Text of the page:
Fourier, (Jean Baptiste) Joseph, Baron (1768–1830)
Joseph Fourier was a French mathematician best known for his contribution to the mathematical analysis of heat flow and for showing that all periodic oscillations can be reduced to s series of simple, regular wave motions.
Although he trained for the priesthood, Fourier didn't take his vows but instead turned toward mathematics. He first studied and later taught mathematics at the newly created Ecole Normale. In 1798 he joined Napoleon's army in its invasion of Egypt as scientific advisor, to help establish educational facilities there and to carry out archaeological explorations. After his return to France in 1801 he was appointed prefect of the department of Isere.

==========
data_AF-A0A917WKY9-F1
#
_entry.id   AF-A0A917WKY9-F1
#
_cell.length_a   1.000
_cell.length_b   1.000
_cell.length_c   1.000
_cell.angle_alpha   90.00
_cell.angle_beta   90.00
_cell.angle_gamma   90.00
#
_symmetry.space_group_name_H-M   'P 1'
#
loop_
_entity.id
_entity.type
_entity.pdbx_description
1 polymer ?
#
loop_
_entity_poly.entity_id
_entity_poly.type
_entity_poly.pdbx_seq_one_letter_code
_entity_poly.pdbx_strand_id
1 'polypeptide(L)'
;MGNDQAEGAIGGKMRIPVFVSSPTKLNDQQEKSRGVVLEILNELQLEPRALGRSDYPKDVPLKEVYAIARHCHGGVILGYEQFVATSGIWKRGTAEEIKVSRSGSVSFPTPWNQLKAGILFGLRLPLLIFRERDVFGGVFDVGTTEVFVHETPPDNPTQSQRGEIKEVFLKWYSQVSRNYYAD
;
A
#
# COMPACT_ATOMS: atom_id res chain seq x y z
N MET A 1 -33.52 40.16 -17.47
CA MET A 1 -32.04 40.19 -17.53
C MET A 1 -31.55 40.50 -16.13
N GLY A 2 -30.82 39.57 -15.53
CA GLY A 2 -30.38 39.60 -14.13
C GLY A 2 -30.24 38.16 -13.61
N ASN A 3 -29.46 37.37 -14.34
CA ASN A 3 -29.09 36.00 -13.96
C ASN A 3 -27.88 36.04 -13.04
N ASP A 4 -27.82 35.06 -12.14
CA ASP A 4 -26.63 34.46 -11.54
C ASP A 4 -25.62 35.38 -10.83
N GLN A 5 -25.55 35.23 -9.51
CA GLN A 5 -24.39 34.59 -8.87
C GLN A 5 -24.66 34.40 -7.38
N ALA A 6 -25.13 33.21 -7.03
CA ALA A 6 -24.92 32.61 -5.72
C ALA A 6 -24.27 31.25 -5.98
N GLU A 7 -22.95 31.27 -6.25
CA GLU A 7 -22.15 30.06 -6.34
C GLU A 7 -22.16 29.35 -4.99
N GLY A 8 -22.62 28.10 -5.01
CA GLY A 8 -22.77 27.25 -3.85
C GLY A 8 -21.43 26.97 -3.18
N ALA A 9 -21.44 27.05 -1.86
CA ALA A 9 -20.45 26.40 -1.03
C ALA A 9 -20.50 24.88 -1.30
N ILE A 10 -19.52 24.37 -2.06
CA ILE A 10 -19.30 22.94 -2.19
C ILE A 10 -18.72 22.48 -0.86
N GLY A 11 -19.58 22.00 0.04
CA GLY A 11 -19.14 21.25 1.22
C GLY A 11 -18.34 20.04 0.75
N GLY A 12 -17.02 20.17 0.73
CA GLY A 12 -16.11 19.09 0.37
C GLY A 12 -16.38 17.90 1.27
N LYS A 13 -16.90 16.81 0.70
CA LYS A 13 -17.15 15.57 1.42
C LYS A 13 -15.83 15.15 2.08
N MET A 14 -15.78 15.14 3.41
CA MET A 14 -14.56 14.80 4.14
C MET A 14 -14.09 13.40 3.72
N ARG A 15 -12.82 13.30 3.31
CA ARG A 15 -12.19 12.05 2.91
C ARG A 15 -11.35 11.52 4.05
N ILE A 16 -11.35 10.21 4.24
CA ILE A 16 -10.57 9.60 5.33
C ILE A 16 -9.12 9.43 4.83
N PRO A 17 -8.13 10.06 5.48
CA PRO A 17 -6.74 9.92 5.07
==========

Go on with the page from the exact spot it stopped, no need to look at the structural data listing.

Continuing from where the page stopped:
Fourier became famous for his Theorie analytique de la Chaleur (1822), a mathematical treatment of how heat is conducted within solid bodies. He established the partial differential equation governing how heat flows and solved it by using infinite series of trigonometric functions, now known as Fourier series. Though these series had been used before, Fourier investigated them in much greater detail and prepared the way for later work on trigonometric series and the theory of functions of a real variable. Fourier's belief that his health would be improved by wrapping himself up in blankets proved fatal: thus encumbered he tripped down the stairs of his house and killed himself.